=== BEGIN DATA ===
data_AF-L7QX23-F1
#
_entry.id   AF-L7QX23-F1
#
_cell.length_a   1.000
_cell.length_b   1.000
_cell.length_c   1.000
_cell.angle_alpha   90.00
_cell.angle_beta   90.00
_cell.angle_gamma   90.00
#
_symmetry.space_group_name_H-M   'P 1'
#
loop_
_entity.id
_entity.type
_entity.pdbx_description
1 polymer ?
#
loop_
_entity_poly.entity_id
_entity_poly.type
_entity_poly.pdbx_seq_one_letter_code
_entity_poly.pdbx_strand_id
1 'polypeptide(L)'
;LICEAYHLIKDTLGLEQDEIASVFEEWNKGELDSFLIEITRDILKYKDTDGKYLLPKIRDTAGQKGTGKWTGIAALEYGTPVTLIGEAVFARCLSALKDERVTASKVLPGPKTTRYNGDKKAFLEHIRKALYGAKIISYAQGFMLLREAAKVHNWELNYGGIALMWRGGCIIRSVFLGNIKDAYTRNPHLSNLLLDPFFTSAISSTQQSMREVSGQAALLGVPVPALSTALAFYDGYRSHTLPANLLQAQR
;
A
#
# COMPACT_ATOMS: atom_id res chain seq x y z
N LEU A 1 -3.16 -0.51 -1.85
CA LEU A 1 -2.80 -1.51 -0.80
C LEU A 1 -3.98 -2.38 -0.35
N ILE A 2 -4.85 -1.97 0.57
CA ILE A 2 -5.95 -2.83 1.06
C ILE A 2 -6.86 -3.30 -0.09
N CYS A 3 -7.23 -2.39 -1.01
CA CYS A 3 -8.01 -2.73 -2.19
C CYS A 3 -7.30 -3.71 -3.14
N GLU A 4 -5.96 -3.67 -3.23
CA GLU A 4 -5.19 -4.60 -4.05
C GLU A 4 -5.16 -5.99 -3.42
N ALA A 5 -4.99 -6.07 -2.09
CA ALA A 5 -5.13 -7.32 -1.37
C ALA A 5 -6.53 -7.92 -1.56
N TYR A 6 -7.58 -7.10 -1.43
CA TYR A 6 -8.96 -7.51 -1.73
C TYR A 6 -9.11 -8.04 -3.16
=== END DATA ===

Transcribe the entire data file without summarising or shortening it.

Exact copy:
data_AF-L7QX23-F1
#
_entry.id   AF-L7QX23-F1
#
_cell.length_a   1.000
_cell.length_b   1.000
_cell.length_c   1.000
_cell.angle_alpha   90.00
_cell.angle_beta   90.00
_cell.angle_gamma   90.00
#
_symmetry.space_group_name_H-M   'P 1'
#
loop_
_entity.id
_entity.type
_entity.pdbx_description
1 polymer ?
#
loop_
_entity_poly.entity_id
_entity_poly.type
_entity_poly.pdbx_seq_one_letter_code
_entity_poly.pdbx_strand_id
1 'polypeptide(L)'
;LICEAYHLIKDTLGLEQDEIASVFEEWNKGELDSFLIEITRDILKYKDTDGKYLLPKIRDTAGQKGTGKWTGIAALEYGTPVTLIGEAVFARCLSALKDERVTASKVLPGPKTTRYNGDKKAFLEHIRKALYGAKIISYAQGFMLLREAAKVHNWELNYGGIALMWRGGCIIRSVFLGNIKDAYTRNPHLSNLLLDPFFTSAISSTQQSMREVSGQAALLGVPVPALSTALAFYDGYRSHTLPANLLQAQR
;
A
#
# COMPACT_ATOMS: atom_id res chain seq x y z
N LEU A 1 -3.16 -0.51 -1.85
CA LEU A 1 -2.80 -1.51 -0.80
C LEU A 1 -3.98 -2.38 -0.35
N ILE A 2 -4.85 -1.97 0.57
CA ILE A 2 -5.95 -2.83 1.06
C ILE A 2 -6.86 -3.30 -0.09
N CYS A 3 -7.23 -2.39 -1.01
CA CYS A 3 -8.01 -2.73 -2.19
C CYS A 3 -7.30 -3.71 -3.14
N GLU A 4 -5.96 -3.67 -3.23
CA GLU A 4 -5.19 -4.60 -4.05
C GLU A 4 -5.16 -5.99 -3.42
N ALA A 5 -4.99 -6.07 -2.09
CA ALA A 5 -5.13 -7.32 -1.37
C ALA A 5 -6.53 -7.92 -1.56
N TYR A 6 -7.58 -7.10 -1.43
CA TYR A 6 -8.96 -7.51 -1.73
C TYR A 6 -9.11 -8.04 -3.16